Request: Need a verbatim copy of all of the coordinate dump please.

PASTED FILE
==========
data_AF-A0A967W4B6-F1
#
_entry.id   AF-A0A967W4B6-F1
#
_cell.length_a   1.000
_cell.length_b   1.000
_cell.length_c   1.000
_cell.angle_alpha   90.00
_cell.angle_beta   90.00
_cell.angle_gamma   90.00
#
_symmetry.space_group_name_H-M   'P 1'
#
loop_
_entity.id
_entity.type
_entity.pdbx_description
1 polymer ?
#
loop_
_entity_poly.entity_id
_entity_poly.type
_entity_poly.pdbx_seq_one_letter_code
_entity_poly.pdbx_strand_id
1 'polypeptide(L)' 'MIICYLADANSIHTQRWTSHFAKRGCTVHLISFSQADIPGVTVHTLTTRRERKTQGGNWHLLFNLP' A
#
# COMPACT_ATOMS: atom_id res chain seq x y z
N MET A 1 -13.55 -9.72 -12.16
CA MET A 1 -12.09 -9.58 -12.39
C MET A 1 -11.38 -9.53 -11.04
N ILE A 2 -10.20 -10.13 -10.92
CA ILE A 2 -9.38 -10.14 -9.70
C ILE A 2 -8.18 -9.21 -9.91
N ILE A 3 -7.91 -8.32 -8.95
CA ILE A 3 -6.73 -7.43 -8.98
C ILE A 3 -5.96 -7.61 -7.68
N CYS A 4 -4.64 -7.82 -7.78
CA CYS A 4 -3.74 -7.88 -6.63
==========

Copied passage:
data_AF-A0A967W4B6-F1
#
_entry.id   AF-A0A967W4B6-F1
#
_cell.length_a   1.000
_cell.length_b   1.000
_cell.length_c   1.000
_cell.angle_alpha   90.00
_cell.angle_beta   90.00
_cell.angle_gamma   90.00
#
_symmetry.space_group_name_H-M   'P 1'
#
loop_
_entity.id
_entity.type
_entity.pdbx_description
1 polymer ?
#
loop_
_entity_poly.entity_id
_entity_poly.type
_entity_poly.pdbx_seq_one_letter_code
_entity_poly.pdbx_strand_id
1 'polypeptide(L)' 'MIICYLADANSIHTQRWTSHFAKRGCTVHLISFSQADIPGVTVHTLTTRRERKTQGGNWHLLFNLP' A
#
# COMPACT_ATOMS: atom_id res chain seq x y z
N MET A 1 -13.55 -9.72 -12.16
CA MET A 1 -12.09 -9.58 -12.39
C MET A 1 -11.38 -9.53 -11.04
N ILE A 2 -10.20 -10.13 -10.92
CA ILE A 2 -9.38 -10.14 -9.70
C ILE A 2 -8.18 -9.21 -9.91
N ILE A 3 -7.91 -8.32 -8.95
CA ILE A 3 -6.73 -7.43 -8.98
C ILE A 3 -5.96 -7.61 -7.68
N CYS A 4 -4.64 -7.82 -7.78
CA CYS A 4 -3.74 -7.88 -6.63